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The Limits of “Sole Discretion” in Contracts
Mark D. Erickson and David B. Clark, Haynes and Boone
Companies often enter into contractual relationships that give them “sole” or “absolute” discretion to make strategic business decisions. But in many states a covenant of good faith and fair dealing is implied in every contract, and that prevents one party from engaging in conduct that would deny the other party the benefits of the contract.
Because a possible breach of the implied covenant turns on whether a party acted in good faith, whether a breach occurred is ordinarily a question of fact. The implied covenant cannot be extended to create obligations not contemplated in the contract. It is limited to assuring compliance with the express terms of the contract.
That is particularly important when a company is granted “sole” or “absolute” discretion to act under a contract. Courts have held in such instances that the implied covenant cannot be used to trump a grant of discretionary power if the express purpose of a contract is to grant unfettered discretion, and if the grant of that unfettered discretion does not render the contract illusory.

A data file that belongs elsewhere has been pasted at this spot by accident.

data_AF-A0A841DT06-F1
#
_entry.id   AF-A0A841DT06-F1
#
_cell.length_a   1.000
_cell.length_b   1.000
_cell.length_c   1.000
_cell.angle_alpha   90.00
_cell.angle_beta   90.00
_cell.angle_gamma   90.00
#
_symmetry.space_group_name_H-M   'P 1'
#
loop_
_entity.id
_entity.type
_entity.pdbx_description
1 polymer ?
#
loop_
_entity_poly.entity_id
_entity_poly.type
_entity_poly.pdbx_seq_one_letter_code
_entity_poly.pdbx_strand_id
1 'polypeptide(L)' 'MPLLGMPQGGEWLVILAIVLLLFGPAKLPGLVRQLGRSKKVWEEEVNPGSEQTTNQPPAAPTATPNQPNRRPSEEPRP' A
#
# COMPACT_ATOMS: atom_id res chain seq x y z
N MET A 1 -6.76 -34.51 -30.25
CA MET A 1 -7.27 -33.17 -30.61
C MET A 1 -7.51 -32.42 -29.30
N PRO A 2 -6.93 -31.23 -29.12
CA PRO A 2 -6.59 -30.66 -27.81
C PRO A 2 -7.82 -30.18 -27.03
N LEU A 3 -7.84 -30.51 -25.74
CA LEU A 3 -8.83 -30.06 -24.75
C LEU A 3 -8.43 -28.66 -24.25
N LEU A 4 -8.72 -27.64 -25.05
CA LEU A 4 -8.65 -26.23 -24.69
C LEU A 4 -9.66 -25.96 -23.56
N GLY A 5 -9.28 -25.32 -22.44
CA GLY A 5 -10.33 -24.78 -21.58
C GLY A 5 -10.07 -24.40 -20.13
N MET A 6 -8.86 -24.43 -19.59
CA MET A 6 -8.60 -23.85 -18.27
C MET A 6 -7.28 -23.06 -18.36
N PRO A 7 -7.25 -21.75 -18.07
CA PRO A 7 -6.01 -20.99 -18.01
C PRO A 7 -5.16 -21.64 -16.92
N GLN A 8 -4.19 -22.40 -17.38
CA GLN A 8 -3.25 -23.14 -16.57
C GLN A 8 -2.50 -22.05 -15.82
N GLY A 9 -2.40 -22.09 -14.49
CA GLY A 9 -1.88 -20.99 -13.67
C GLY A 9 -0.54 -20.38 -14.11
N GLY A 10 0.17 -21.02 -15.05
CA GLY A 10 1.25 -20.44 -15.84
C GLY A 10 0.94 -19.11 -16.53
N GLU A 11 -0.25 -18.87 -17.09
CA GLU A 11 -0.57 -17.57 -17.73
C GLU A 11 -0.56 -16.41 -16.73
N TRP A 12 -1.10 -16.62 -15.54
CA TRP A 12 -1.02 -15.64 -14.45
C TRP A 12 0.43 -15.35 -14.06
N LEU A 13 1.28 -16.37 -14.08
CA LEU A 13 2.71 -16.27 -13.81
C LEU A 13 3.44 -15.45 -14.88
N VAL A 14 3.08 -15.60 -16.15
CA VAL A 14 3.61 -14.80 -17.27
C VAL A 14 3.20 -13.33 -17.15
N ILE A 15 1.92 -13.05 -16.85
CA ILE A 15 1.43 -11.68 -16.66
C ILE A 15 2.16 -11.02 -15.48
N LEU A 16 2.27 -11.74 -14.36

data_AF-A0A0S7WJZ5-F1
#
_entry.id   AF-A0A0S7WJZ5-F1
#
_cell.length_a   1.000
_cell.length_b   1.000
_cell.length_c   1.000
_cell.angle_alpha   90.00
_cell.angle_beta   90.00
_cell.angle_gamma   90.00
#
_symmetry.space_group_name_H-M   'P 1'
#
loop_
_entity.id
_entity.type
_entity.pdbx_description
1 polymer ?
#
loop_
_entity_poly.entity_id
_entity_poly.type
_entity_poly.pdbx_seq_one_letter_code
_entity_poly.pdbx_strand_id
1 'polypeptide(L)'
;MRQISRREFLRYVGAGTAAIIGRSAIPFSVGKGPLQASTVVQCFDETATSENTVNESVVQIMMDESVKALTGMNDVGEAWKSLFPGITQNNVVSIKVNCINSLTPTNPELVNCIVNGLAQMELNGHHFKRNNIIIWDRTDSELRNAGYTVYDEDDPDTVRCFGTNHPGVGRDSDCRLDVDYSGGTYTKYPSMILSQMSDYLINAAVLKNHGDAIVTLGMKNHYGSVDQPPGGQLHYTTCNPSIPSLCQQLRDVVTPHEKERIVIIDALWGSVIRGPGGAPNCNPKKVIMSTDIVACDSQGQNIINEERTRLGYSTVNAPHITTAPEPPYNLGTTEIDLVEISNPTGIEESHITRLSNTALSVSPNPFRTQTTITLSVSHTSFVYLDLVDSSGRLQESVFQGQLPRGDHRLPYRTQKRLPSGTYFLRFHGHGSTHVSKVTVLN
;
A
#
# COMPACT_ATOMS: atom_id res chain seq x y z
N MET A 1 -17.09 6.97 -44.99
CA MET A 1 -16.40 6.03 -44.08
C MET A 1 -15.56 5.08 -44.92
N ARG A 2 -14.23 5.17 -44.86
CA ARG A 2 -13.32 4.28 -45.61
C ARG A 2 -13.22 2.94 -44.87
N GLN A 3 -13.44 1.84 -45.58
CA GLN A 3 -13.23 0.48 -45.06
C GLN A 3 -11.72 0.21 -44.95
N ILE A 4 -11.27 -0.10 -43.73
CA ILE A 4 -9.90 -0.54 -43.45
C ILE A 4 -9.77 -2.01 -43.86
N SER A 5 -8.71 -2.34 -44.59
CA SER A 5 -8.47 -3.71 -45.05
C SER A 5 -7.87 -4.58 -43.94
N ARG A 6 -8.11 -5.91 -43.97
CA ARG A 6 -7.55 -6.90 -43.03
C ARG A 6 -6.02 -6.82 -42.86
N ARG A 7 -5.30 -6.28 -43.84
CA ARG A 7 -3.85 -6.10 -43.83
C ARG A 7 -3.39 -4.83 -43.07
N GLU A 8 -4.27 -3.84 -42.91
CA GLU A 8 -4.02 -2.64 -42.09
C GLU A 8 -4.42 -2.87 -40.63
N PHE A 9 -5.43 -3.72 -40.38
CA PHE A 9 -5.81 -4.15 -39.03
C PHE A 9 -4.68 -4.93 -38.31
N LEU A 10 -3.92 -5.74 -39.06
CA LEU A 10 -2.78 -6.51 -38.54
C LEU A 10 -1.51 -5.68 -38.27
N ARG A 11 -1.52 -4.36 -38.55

The authors use examples from lawsuits to illustrate their points, and conclude by stating that two steps should be taken to ensure that a contractual grant of “sole” or “absolute” discretion is effective. The grant of discretion should be clear and unencumbered by ambiguous or conflicting rights, and separate and guaranteed consideration should be provided to avoid assertions that the grant of discretion makes the contract illusory.Read the full article at:
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